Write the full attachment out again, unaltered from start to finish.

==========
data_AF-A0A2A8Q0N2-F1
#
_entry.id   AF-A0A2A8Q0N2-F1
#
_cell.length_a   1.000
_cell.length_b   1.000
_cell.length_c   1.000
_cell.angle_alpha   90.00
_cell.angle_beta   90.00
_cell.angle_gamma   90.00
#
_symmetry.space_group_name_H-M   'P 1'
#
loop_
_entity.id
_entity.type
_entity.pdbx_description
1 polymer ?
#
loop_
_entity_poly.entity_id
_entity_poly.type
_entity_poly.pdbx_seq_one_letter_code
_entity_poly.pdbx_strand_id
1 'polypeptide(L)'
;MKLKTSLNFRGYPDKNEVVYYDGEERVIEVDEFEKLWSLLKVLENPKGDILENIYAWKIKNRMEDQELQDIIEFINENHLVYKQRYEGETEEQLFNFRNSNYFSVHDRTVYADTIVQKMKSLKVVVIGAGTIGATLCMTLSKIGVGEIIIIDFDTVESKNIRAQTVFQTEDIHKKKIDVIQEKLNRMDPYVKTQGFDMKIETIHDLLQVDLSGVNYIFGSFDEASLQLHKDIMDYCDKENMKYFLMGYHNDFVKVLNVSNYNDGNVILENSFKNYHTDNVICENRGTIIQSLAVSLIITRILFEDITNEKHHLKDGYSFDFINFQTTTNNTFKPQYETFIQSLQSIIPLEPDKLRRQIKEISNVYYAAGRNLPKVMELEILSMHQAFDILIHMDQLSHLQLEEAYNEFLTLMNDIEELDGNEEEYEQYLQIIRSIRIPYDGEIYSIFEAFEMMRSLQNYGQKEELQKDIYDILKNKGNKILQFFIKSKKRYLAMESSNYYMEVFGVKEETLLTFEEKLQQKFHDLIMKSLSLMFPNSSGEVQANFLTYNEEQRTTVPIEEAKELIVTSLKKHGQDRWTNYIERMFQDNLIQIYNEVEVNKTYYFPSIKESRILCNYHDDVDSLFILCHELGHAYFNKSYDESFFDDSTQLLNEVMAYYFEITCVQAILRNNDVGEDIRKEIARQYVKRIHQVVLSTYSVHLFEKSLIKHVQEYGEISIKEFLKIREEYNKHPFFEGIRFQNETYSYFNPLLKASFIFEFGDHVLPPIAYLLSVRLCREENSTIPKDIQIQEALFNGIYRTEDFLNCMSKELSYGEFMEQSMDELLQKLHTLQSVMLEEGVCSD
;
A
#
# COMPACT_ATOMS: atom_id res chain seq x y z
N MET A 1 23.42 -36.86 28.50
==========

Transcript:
data_AF-A0A2A8Q0N2-F1
#
_entry.id   AF-A0A2A8Q0N2-F1
#
_cell.length_a   1.000
_cell.length_b   1.000
_cell.length_c   1.000
_cell.angle_alpha   90.00
_cell.angle_beta   90.00
_cell.angle_gamma   90.00
#
_symmetry.space_group_name_H-M   'P 1'
#
loop_
_entity.id
_entity.type
_entity.pdbx_description
1 polymer ?
#
loop_
_entity_poly.entity_id
_entity_poly.type
_entity_poly.pdbx_seq_one_letter_code
_entity_poly.pdbx_strand_id
1 'polypeptide(L)'
;MKLKTSLNFRGYPDKNEVVYYDGEERVIEVDEFEKLWSLLKVLENPKGDILENIYAWKIKNRMEDQELQDIIEFINENHLVYKQRYEGETEEQLFNFRNSNYFSVHDRTVYADTIVQKMKSLKVVVIGAGTIGATLCMTLSKIGVGEIIIIDFDTVESKNIRAQTVFQTEDIHKKKIDVIQEKLNRMDPYVKTQGFDMKIETIHDLLQVDLSGVNYIFGSFDEASLQLHKDIMDYCDKENMKYFLMGYHNDFVKVLNVSNYNDGNVILENSFKNYHTDNVICENRGTIIQSLAVSLIITRILFEDITNEKHHLKDGYSFDFINFQTTTNNTFKPQYETFIQSLQSIIPLEPDKLRRQIKEISNVYYAAGRNLPKVMELEILSMHQAFDILIHMDQLSHLQLEEAYNEFLTLMNDIEELDGNEEEYEQYLQIIRSIRIPYDGEIYSIFEAFEMMRSLQNYGQKEELQKDIYDILKNKGNKILQFFIKSKKRYLAMESSNYYMEVFGVKEETLLTFEEKLQQKFHDLIMKSLSLMFPNSSGEVQANFLTYNEEQRTTVPIEEAKELIVTSLKKHGQDRWTNYIERMFQDNLIQIYNEVEVNKTYYFPSIKESRILCNYHDDVDSLFILCHELGHAYFNKSYDESFFDDSTQLLNEVMAYYFEITCVQAILRNNDVGEDIRKEIARQYVKRIHQVVLSTYSVHLFEKSLIKHVQEYGEISIKEFLKIREEYNKHPFFEGIRFQNETYSYFNPLLKASFIFEFGDHVLPPIAYLLSVRLCREENSTIPKDIQIQEALFNGIYRTEDFLNCMSKELSYGEFMEQSMDELLQKLHTLQSVMLEEGVCSD
;
A
#
# COMPACT_ATOMS: atom_id res chain seq x y z
N MET A 1 23.42 -36.86 28.50